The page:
Dragonfly Larvae Eating a Minnow
Bug eats amphibian – that looks like a tadpole to me.
Anyone who has not read “Watchers at the pond”, consider this your wakeup call. Yes, it is nearly as old as I am (hardback version, November 1961), but it is a stunning book. Laden’s video immediately brought to mind, from decades ago, the description of a hummingbird captured by a praying mantis. Natural selection is not for the weak or sentimental.
That’s nothing. In Minnesota, I hear the mosquito larvae are big enough to eat small dogs.
are you sure the “victim” isn’t a tadpole? looks more tadpole than minnow to me…
looks like a tadpole to me too…
Tadpoles do not have gill plates. That is a fish.
What is probably incorrect is to say that it is a minnow. It is a fry or young something, not necessarily a minnow. And, it is not “bug” eats “fish” … the dragon fly is not a bug.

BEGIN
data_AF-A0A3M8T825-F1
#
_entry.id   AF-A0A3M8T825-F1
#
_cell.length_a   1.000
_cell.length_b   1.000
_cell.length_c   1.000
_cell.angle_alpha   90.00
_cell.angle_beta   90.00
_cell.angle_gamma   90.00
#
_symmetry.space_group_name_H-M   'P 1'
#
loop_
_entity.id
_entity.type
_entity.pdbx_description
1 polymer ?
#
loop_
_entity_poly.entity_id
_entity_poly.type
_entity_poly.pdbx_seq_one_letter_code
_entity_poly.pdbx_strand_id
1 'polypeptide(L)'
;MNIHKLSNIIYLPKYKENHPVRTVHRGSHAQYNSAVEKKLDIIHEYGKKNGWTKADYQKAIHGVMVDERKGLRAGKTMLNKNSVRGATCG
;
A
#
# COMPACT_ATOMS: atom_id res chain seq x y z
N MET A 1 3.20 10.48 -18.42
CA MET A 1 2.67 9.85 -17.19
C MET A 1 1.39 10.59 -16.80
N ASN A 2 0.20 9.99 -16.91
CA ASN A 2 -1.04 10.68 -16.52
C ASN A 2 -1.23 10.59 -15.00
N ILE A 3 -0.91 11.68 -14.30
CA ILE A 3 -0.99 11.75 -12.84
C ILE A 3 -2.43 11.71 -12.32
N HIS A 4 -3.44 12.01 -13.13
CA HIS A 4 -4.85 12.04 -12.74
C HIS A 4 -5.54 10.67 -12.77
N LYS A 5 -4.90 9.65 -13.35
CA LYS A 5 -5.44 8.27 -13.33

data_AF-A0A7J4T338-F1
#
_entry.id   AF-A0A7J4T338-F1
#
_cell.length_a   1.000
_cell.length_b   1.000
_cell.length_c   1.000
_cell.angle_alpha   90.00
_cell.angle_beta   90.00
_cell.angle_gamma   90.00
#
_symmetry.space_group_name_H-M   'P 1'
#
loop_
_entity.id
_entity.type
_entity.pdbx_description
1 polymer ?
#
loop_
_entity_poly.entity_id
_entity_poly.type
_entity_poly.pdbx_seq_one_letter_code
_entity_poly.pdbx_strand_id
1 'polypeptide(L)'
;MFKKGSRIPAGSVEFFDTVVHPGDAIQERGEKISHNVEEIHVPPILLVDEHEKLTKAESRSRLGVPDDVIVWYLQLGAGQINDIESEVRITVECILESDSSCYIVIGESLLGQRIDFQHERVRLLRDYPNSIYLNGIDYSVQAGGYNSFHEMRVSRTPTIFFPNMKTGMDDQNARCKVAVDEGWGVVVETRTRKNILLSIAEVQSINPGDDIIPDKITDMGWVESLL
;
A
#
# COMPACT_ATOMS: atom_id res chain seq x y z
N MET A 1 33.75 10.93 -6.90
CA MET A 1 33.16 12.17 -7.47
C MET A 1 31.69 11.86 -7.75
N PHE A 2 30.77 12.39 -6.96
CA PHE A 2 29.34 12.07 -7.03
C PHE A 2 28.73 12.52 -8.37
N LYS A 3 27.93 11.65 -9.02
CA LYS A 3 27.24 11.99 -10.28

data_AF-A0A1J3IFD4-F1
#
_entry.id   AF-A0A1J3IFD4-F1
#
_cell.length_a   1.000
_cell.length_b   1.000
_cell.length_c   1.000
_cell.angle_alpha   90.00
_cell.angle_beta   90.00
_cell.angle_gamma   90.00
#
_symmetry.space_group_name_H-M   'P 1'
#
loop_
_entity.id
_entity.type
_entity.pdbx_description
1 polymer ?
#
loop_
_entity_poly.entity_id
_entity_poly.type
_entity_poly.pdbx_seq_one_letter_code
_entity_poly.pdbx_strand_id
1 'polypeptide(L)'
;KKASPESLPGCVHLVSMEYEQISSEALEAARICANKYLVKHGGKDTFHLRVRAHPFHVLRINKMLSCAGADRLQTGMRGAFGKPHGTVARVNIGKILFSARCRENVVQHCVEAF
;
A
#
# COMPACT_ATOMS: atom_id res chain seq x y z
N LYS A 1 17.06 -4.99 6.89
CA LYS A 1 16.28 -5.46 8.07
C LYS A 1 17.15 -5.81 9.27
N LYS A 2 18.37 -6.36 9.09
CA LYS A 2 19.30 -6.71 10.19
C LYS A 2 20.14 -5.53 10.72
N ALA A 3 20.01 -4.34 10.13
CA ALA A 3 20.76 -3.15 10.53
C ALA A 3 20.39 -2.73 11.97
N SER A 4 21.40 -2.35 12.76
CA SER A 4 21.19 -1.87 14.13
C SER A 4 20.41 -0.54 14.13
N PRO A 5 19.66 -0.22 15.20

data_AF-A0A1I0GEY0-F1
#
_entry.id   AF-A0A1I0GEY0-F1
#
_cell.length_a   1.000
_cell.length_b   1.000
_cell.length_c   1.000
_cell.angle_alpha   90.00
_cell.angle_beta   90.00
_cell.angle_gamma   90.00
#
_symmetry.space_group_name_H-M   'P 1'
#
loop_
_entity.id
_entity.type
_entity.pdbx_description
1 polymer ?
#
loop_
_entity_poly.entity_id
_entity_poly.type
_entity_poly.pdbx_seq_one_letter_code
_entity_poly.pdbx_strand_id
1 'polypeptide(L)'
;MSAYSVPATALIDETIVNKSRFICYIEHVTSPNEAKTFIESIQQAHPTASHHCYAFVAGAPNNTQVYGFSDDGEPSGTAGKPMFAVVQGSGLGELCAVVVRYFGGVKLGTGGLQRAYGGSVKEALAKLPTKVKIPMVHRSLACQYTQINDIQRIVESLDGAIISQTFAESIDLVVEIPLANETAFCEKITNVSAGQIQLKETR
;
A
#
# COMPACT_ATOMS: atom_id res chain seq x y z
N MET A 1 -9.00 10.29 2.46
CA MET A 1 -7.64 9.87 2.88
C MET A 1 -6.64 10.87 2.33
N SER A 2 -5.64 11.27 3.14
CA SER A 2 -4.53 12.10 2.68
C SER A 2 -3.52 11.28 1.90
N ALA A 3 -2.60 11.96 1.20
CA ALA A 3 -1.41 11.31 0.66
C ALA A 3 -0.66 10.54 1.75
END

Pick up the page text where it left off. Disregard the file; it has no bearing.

I don’t think it has gill plates. I think we are just seeing that the head has bony support and the body behind does not. If it is a fish, I have not seen its like before. Notice that it does not have pectoral nor pelvic fins. No, it is not a larval lamprey.
Greg, in some frog species the immature tadpoles (“hatchlings” being the correct term to use here…) do have transitional finger-like gills after they hatch as in this woodfrog. Wood frogs also have rather large gill slits relative to the size of their heads, so confusing them with other types of non-amphibian hatchlings isn’t that uncommon unless you’re somewhat familiar with them.
Sweet vid! Agree with others that that’s a tadpole. And to be technical, it’s a dragonfly nymph (or sometimes, naiad, to emphasize its aquatic stage), not a larva… 🙂
the dragon fly is not a bug.
Is it a feature then?
Well, a tadpole is technically a fish until it transmogrifies into a frog.
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